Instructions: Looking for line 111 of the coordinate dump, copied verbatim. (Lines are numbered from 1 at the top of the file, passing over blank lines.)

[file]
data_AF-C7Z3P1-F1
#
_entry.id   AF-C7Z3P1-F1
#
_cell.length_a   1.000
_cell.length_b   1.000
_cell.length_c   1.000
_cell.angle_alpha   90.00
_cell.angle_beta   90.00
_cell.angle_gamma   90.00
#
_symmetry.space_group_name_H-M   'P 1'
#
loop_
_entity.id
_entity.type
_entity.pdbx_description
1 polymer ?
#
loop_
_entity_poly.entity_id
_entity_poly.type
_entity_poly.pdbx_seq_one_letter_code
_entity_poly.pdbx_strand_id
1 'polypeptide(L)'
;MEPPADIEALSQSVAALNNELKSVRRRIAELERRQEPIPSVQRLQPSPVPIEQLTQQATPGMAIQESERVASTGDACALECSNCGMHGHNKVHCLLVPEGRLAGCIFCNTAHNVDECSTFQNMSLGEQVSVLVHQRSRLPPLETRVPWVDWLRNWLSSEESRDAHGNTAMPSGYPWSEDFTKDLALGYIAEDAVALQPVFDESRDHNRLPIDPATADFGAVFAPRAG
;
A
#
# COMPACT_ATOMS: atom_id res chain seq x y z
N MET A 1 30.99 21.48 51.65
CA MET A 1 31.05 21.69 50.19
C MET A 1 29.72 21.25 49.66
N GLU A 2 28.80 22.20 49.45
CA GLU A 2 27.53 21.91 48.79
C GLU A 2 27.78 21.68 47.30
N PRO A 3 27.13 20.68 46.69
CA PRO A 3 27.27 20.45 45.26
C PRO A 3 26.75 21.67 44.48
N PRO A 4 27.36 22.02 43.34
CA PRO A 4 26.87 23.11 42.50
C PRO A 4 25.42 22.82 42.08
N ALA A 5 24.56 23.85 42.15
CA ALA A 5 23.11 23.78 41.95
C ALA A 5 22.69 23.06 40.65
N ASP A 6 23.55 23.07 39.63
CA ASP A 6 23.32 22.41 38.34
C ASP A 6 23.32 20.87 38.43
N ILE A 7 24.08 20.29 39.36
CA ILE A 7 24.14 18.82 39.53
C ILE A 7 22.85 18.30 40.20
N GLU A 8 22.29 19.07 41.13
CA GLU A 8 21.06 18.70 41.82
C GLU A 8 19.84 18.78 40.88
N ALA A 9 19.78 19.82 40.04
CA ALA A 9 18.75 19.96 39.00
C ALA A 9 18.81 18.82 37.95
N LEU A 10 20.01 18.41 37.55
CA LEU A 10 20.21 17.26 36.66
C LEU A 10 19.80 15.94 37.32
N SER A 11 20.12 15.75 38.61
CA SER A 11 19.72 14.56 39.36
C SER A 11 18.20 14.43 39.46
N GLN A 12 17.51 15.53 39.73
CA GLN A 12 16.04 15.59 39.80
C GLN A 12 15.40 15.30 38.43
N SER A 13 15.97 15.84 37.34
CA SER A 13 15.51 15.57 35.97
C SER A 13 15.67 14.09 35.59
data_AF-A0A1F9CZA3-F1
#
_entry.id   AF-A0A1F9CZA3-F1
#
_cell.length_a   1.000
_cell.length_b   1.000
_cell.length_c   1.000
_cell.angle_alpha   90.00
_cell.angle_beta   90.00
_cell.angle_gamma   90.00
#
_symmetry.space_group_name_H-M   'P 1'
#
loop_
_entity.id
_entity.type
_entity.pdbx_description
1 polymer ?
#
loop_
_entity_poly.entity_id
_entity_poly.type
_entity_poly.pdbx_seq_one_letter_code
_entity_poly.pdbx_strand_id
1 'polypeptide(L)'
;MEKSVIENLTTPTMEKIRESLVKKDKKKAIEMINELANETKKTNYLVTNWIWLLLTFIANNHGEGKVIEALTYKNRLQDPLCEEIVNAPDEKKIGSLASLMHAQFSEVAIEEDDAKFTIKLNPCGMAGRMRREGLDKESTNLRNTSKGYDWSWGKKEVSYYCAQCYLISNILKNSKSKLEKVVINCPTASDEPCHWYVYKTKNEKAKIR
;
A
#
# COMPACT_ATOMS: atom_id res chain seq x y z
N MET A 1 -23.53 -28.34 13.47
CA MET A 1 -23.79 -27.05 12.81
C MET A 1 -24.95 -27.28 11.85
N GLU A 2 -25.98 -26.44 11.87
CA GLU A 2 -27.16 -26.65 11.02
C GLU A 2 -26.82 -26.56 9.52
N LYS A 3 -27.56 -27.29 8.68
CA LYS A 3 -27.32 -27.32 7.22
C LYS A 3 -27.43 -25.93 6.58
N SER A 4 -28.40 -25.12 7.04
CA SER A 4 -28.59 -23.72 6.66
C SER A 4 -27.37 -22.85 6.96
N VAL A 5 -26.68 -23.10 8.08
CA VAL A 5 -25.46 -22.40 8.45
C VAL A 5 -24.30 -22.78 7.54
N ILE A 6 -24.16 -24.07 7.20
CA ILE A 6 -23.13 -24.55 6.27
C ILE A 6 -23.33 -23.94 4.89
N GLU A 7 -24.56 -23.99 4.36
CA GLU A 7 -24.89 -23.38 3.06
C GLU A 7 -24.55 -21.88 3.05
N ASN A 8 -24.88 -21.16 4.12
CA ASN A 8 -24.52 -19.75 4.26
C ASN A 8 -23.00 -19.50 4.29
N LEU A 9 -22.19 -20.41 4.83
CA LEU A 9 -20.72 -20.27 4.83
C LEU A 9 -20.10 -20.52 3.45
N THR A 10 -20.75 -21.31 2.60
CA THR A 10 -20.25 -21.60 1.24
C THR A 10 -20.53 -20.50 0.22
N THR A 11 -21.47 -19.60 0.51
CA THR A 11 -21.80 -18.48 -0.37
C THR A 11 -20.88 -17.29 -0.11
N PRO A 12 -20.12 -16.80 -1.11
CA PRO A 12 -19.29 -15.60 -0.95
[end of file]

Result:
C SER A 4 -27.37 -22.85 6.96